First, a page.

Internal auditors help departments, units get better at managing risks
UGA is committed to preserving an ethical working culture for faculty and staff.
As part of that commitment, the university's Internal Auditing Division provides independent, objective assurances that UGA's financial and operational activities comply with university, University System of Georgia Board of Regents, state and federal guidelines.
The division, which reports to the UGA Office of the President as well as the Office of Internal Audit and Compliance for the University System, annually performs about 35 compliance audits to provide such assurances.
The division also is responsible for conducting investigations, or forensic audits, if there are complaints of fraud.
But the division isn't just about ensuring that everyone follows protocol. Matthew Whitley, director of the UGA Internal Auditing Division, said the broader goal of auditing is to help academic units at UGA better meet their goals.
Simply put, Whitley said, the Internal Auditing Division's nine-person staff is focused on risk analysis.
"To me the real value of how we help the university is helping these departments and units get better at managing risk," Whitley said. "The more we can reduce the risks of various processes in an organization-that's risk through waste, fraud, abuse or inefficiency-the more it helps the organization meet the goals that it has set."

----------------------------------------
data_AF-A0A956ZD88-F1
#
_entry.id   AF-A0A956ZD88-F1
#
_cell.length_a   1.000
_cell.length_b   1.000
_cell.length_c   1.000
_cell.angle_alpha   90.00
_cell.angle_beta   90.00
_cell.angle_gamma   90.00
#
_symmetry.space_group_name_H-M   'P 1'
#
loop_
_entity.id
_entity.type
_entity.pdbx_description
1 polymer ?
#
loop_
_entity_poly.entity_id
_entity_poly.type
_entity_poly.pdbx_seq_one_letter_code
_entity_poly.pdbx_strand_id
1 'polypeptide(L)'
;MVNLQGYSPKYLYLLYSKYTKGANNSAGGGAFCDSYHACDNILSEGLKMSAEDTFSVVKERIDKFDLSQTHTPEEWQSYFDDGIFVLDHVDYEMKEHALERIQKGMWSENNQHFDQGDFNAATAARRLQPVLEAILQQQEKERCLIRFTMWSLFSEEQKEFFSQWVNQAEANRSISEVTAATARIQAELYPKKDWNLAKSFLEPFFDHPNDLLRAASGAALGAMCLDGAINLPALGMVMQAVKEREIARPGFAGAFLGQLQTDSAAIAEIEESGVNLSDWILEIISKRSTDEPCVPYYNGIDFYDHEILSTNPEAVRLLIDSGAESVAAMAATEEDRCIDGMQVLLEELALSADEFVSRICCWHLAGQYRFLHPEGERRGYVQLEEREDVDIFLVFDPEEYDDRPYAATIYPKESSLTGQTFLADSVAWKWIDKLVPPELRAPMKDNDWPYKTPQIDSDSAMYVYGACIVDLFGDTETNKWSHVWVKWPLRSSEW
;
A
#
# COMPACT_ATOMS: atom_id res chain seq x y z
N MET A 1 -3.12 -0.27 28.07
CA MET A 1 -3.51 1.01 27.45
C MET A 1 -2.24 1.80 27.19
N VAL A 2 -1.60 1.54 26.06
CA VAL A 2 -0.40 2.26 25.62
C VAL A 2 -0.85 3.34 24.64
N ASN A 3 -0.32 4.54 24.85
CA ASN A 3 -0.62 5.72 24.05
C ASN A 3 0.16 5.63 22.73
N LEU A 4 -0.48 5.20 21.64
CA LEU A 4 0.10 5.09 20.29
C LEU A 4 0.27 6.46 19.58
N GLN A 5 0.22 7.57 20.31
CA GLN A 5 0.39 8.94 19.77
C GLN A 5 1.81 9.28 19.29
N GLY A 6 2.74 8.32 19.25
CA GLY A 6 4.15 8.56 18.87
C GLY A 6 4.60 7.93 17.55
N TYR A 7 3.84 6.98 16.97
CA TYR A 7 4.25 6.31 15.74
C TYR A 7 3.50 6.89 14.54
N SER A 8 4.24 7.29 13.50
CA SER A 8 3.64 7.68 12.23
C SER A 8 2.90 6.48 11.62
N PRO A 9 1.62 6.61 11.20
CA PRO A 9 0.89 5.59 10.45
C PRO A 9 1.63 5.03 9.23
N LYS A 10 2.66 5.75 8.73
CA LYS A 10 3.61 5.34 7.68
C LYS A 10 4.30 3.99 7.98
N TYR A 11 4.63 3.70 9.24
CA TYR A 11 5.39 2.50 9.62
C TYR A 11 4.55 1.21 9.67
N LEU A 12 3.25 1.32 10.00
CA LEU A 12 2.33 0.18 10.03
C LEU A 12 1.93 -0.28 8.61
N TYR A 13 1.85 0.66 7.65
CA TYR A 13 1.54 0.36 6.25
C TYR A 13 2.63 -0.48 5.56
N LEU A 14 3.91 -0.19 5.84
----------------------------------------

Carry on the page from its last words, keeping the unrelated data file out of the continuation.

Sooner or later, each of the university's over 200 auditable units gets selected for auditing. Each year, units are chosen for scheduled audits based on a number of considerations including risk factors and the length of time since a unit last was audited.
However, Whitley estimates that 40 percent of his division's annual audits come through requests from unit and department heads who want to ensure that proper controls are in place and policies are working.
The eagerness for directors to request an audit may have something to do with the type of auditing the division offers.
Whereas an old-fashioned audit, or a compliance audit, would include a standard list of questions for a department to check off, the Internal Auditing Division also offers a different kind of audit, called an operational audit. These audits look for positive ways to improve processes.
"We're trying to do more operational auditing, which allows us to really structure an audit more toward the needs of the organization we are auditing," Whitley said. "It gives us a lot more flexibility. We can customize that audit more specifically to their areas of concern and hopefully make the audit more useful to them."
University departments can request audits from the Internal Auditing Division to help improve efficiency and reduce risk.
To focus more on operational audits, the division has implemented more efficient ways to monitor financial transactions. Whitley said they have implemented a program that uses computer data analytics to pinpoint high-risk transactions for university purchasing credit cards. The program leaves the division staff with more time to help the university improve in other areas.
Whitley said he is pleased that most academic units that undergo audits are accommodating to the Internal Auditing Division staff. The collaboration leads to a more productive audit.
"The cooperation level at UGA is very high," Whitley said. "Folks look at an audit as an opportunity to get better at what they do."